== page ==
Ryan Bogdan, associate professor of psychological and brain sciences in Arts & Sciences, received a two-year, $264,938 grant from the National Institutes of Health (NIH) to study the effects of alcohol on the maturing brain. The study will look at genome-wide association studies to longitudinal neuroimaging studies of adolescents and young adults in order to disentangle the contributions […]
Keith Hengen, assistant professor of biology in Arts & Sciences at Washington University in St. Louis, received a three-year $1.8 million grant to study the role of sleep and waking behavior in shaping the brain’s neural dynamics. His research will help scientists understand how sleep contributes to healthy cognition and shed light on the mechanisms by which disrupted sleep worsens neurodegenerative and mental health disorders.
Kirsten Gilbert Alberts and Emma Johnson at the School of Medicine and Keith Hengen in Arts & Sciences each received $70,000 Young Investigator grants from the Brain & Behavior Research Foundation, an organization that is committed to alleviating the suffering caused by mental illness by supporting research that will lead to advances and breakthroughs in scientific research.
Washington University’s Deanna Barch was among 59 women psychologists working in academia who took an empirical approach to understanding gender inequities in their field. They find some promising data, but also much work to be done.
Researchers at Washington University in St. Louis are developing a method to diagnose brain tumors using ultrasonic energy — and no incisions. Lead researcher Hong Chen has received $2.5 million from the NIH to pursue further study.
A neuroscientist’s arm cast led him and fellow School of Medicine researchers to find previously undetected neuronal pulses in the human brain that activate after an immobilizing illness or injury. The pulses appeared on MRI scans used to measure brain activity.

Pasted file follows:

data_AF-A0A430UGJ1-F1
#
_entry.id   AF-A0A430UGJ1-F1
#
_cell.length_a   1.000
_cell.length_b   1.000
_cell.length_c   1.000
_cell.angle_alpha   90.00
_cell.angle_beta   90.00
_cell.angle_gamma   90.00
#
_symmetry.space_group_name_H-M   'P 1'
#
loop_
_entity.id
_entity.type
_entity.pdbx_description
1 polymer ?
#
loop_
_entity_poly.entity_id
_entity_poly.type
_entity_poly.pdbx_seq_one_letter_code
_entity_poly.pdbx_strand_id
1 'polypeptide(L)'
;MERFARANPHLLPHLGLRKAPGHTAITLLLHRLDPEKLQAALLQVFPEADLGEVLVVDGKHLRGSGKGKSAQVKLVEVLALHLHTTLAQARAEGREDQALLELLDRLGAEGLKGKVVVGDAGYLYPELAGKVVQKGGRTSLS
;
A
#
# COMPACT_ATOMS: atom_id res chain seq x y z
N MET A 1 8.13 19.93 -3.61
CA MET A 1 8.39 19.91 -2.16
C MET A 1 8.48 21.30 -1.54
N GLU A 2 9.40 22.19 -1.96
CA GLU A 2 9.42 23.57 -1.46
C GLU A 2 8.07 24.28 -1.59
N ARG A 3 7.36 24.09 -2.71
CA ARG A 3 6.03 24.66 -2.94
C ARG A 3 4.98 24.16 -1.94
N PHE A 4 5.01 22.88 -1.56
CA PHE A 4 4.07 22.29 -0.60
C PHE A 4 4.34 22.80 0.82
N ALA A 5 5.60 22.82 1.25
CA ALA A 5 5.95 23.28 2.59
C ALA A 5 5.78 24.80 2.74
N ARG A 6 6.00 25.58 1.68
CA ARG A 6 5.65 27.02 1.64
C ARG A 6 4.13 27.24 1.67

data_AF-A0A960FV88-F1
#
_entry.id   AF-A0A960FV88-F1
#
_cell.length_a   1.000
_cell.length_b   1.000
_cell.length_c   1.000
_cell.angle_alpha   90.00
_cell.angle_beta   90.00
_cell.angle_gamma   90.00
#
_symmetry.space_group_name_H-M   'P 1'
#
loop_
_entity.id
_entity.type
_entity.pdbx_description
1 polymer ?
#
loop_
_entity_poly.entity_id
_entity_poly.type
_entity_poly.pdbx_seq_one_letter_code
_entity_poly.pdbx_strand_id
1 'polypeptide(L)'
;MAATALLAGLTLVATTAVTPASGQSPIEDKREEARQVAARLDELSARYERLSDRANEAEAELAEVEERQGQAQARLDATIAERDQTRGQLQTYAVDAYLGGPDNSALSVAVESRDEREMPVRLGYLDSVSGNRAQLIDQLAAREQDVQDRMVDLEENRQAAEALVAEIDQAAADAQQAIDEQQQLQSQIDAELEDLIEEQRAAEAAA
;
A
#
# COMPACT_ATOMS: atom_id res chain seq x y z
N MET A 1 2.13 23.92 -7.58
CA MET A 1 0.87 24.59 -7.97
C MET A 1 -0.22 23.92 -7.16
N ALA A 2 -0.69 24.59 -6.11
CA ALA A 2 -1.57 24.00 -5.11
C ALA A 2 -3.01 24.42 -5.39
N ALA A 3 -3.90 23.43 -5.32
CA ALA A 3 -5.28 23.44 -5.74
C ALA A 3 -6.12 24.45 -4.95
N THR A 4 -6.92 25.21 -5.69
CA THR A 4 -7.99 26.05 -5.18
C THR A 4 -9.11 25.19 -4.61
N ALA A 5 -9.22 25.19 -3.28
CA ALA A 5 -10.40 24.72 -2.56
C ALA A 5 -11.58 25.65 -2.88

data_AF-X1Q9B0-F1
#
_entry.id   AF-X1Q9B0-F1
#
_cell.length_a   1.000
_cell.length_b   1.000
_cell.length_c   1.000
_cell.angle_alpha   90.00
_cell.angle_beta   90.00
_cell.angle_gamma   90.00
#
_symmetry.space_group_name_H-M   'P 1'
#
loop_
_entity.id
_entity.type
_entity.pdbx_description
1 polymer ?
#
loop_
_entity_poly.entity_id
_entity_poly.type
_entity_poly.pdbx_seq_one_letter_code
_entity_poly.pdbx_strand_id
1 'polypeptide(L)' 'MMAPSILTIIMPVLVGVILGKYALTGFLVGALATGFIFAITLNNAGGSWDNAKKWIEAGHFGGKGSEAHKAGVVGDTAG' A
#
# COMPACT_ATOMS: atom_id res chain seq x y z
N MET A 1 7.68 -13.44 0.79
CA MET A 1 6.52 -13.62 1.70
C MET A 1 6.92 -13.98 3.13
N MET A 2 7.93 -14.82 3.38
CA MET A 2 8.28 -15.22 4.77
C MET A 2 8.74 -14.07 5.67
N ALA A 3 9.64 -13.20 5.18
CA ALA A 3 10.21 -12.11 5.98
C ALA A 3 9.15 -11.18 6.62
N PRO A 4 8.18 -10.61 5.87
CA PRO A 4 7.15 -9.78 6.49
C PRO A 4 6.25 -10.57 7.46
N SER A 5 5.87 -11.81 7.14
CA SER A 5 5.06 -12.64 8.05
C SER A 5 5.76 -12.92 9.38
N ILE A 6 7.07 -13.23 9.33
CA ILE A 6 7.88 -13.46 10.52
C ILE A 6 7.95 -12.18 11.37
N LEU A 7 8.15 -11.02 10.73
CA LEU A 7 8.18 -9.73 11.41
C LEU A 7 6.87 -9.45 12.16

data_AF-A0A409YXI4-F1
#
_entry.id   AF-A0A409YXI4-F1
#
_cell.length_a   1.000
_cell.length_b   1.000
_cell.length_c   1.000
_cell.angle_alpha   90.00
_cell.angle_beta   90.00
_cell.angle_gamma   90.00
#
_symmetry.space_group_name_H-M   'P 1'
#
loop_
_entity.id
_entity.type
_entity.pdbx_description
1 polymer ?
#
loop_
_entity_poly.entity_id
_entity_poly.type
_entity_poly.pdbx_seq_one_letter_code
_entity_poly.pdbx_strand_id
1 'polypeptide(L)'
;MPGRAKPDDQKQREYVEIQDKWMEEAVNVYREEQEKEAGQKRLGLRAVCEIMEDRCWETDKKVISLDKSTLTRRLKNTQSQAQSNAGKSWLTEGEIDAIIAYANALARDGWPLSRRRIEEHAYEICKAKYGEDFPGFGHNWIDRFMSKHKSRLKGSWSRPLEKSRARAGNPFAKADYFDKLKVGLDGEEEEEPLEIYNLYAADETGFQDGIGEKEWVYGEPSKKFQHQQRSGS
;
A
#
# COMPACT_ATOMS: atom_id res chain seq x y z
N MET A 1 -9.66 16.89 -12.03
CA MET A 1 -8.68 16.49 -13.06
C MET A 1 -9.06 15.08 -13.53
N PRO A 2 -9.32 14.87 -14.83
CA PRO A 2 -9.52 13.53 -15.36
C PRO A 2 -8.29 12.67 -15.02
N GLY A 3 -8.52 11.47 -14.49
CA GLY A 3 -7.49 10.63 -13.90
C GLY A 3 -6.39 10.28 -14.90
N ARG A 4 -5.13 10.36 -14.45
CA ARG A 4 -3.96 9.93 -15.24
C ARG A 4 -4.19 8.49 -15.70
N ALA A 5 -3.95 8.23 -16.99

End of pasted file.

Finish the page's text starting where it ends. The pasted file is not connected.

Researchers at Washington University School of Medicine report that specific types of retinal cells that carry the vast majority of visual signals from the human retina to the brain efficiently process and compress that information so it can be transferred. The study may advance our understanding of eye diseases involving the retina.
Washington University scientists will receive $13.7 million in additional funding for ongoing research into adolescent brain development. Their work is part of the largest long-term study of brain development ever conducted in the United States.
The interdisciplinary Division of Computational and Data Sciences, one of a few of its kind in the country, focuses on turning the computational lens on social sciences. In the new PhD program, students have two advisers, one in computer engineering and one in a social science domain from social work and public health, political science, or psychological and brain sciences.
School of Medicine researchers have mapped nine functional networks in the deep-brain structures of 10 healthy people, an accomplishment that could lead to improvements in deep-brain stimulation therapy for severe cases of Parkinson’s disease and other neurological conditions.